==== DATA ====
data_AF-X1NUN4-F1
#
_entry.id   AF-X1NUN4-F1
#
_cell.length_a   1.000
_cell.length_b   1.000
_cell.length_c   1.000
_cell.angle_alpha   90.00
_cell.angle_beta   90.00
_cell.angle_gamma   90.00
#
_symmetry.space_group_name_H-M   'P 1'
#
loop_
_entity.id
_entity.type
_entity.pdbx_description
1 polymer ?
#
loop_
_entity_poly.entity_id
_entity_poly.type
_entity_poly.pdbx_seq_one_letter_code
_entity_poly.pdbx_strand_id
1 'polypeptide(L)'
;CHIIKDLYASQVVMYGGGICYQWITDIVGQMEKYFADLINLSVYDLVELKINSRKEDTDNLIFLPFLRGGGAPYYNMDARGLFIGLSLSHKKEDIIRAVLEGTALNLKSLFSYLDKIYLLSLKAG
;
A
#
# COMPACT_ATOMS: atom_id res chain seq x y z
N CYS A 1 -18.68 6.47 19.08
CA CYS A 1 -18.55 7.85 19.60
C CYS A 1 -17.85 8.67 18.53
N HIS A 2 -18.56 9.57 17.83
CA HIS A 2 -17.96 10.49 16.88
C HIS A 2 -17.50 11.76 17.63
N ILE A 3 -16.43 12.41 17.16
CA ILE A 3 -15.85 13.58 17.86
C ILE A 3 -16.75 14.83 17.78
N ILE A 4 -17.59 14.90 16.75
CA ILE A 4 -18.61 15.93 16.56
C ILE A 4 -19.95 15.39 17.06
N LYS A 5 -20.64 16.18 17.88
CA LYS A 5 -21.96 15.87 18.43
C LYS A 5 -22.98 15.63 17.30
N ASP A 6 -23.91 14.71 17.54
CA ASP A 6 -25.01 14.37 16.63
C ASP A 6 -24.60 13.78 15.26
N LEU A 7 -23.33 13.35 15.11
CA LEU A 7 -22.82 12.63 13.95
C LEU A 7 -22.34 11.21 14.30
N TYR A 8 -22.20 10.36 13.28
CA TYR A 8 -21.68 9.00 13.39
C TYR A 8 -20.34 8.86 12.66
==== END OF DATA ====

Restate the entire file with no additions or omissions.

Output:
data_AF-X1NUN4-F1
#
_entry.id   AF-X1NUN4-F1
#
_cell.length_a   1.000
_cell.length_b   1.000
_cell.length_c   1.000
_cell.angle_alpha   90.00
_cell.angle_beta   90.00
_cell.angle_gamma   90.00
#
_symmetry.space_group_name_H-M   'P 1'
#
loop_
_entity.id
_entity.type
_entity.pdbx_description
1 polymer ?
#
loop_
_entity_poly.entity_id
_entity_poly.type
_entity_poly.pdbx_seq_one_letter_code
_entity_poly.pdbx_strand_id
1 'polypeptide(L)'
;CHIIKDLYASQVVMYGGGICYQWITDIVGQMEKYFADLINLSVYDLVELKINSRKEDTDNLIFLPFLRGGGAPYYNMDARGLFIGLSLSHKKEDIIRAVLEGTALNLKSLFSYLDKIYLLSLKAG
;
A
#
# COMPACT_ATOMS: atom_id res chain seq x y z
N CYS A 1 -18.68 6.47 19.08
CA CYS A 1 -18.55 7.85 19.60
C CYS A 1 -17.85 8.67 18.53
N HIS A 2 -18.56 9.57 17.83
CA HIS A 2 -17.96 10.49 16.88
C HIS A 2 -17.50 11.76 17.63
N ILE A 3 -16.43 12.41 17.16
CA ILE A 3 -15.85 13.58 17.86
C ILE A 3 -16.75 14.83 17.78
N ILE A 4 -17.59 14.90 16.75
CA ILE A 4 -18.61 15.93 16.56
C ILE A 4 -19.95 15.39 17.06
N LYS A 5 -20.64 16.18 17.88
CA LYS A 5 -21.96 15.87 18.43
C LYS A 5 -22.98 15.63 17.30
N ASP A 6 -23.91 14.71 17.54
CA ASP A 6 -25.01 14.37 16.63
C ASP A 6 -24.60 13.78 15.26
N LEU A 7 -23.33 13.35 15.11
CA LEU A 7 -22.82 12.63 13.95
C LEU A 7 -22.34 11.21 14.30
N TYR A 8 -22.20 10.36 13.28
CA TYR A 8 -21.68 9.00 13.39
C TYR A 8 -20.34 8.86 12.66